The market was open all week, but most people just rented the stalls on the weekends.  It was fairly cheap, since you could get a stall for fifty to a hundred dollars on a weekday and two hundred and fifty to three hundred on weekends, depending on how busy things were.  The stalls showcased everything from knick-knacks handicrafts put together by crazy cat ladies to overstock from the most expensive shops on the Boardwalk, marked down to ten or twenty five percent of the usual price.  There were ice cream vendors and people selling puppies, there was tourism kitsch and there was a mess of merchandise relating to the local capes.  There were racks of clothing, books, computer stuff and food.  If you lived in the north end of Brockton Bay, you didn’t have a garage sale.  You got a stall at the market.  If you just wanted to go shopping, it was as good as any mall.

I met up with the others at the entrance.  Brian was looking sharp in a dark green sweater and faded jeans.  Lisa was dressed up in a dusky rose dress with gray tights, her hair in a bun with loose strands framing her face.  Alec was wearing a long sleeved shirt and slim fit black denim jeans that really showed how lanky he was.

“You weren’t waiting long?” I asked.

“Forever,” was Alec’s laconic response.

“Five minutes at most,” Brian smiled, “Shall we?”

We ventured into the market, where the best the north end of Brockton Bay had to offer was on display.  The worst of the north end was kept at bay by the same uniformed enforcers that you saw at the Boardwalk.

While Alec stopped at an isolated stall featuring cape merchandise, I commented, “I guess Rachel can’t exactly hang out with us, huh?”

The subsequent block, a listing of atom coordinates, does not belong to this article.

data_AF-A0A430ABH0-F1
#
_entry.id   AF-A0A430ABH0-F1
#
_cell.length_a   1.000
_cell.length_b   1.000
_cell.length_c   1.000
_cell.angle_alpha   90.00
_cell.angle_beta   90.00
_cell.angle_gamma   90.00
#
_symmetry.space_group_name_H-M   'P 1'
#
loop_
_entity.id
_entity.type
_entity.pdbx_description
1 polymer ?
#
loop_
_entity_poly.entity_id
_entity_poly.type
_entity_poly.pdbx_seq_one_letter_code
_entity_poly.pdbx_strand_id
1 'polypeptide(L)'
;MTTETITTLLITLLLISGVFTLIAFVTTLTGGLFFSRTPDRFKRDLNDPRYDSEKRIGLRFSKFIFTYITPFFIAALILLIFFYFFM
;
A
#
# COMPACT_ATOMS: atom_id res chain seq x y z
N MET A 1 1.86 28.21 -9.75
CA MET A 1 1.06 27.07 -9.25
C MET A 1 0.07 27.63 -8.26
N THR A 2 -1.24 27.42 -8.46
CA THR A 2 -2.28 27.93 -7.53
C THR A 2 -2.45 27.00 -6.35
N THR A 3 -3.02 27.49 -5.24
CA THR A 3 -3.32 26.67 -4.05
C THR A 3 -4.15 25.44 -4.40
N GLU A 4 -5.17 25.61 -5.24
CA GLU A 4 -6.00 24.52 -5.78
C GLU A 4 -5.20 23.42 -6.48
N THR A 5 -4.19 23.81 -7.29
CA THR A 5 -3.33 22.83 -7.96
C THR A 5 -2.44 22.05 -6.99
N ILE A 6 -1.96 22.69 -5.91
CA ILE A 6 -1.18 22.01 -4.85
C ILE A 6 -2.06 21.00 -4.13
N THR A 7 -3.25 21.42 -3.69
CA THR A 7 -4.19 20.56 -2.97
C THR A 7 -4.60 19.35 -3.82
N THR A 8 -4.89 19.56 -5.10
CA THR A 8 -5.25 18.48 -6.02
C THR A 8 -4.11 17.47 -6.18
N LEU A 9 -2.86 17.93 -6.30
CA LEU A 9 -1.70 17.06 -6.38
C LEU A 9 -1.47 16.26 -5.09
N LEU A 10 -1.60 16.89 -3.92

Brian shook his head, “No.  Not in a place like this.  She’s well known enough that she’d catch someone’s eye, and from there, it’s only a short leap to figuring out who the people she’s hanging with are.”

“And if she saw that, she’d go ballistic.”  Lisa pointed to a rotund old woman carrying a fluffy dog in her arms.   It was wearing a teal and pink sweater, and was trembling nervously.  I didn’t know my dog breeds well enough to name it specifically, but it was similar to a miniature poodle.

“What?  The sweater?” I asked.

“The sweater.  The dog being carried.  Rachel would be up in her face, telling that woman it’s not the way a dog should be treated.  Screaming at her, maybe threatening violence, if one of us didn’t step in to handle things.”

“It doesn’t take much, does it?”

“To set her off?  No it doesn’t,” Brian agreed, “But you gradually learn how she thinks, what pushes her buttons, and you can intervene before a situation happens.”

Lisa added, “The big trigger for Rache is mistreatment of dogs.  I think you could kick a toddler in the face, and she wouldn’t flinch.  But if you kicked a dog in front of her, she’d probably kill you on the spot.”

“I’ll, uh, keep that in mind,” I said.  Then, double checking that nobody was in a position to overhear, I figured it was as good a time to ask as any, “Has she killed anyone?”

“She’s wanted for serial murder,” Brian sighed, “It’s inconvenient.”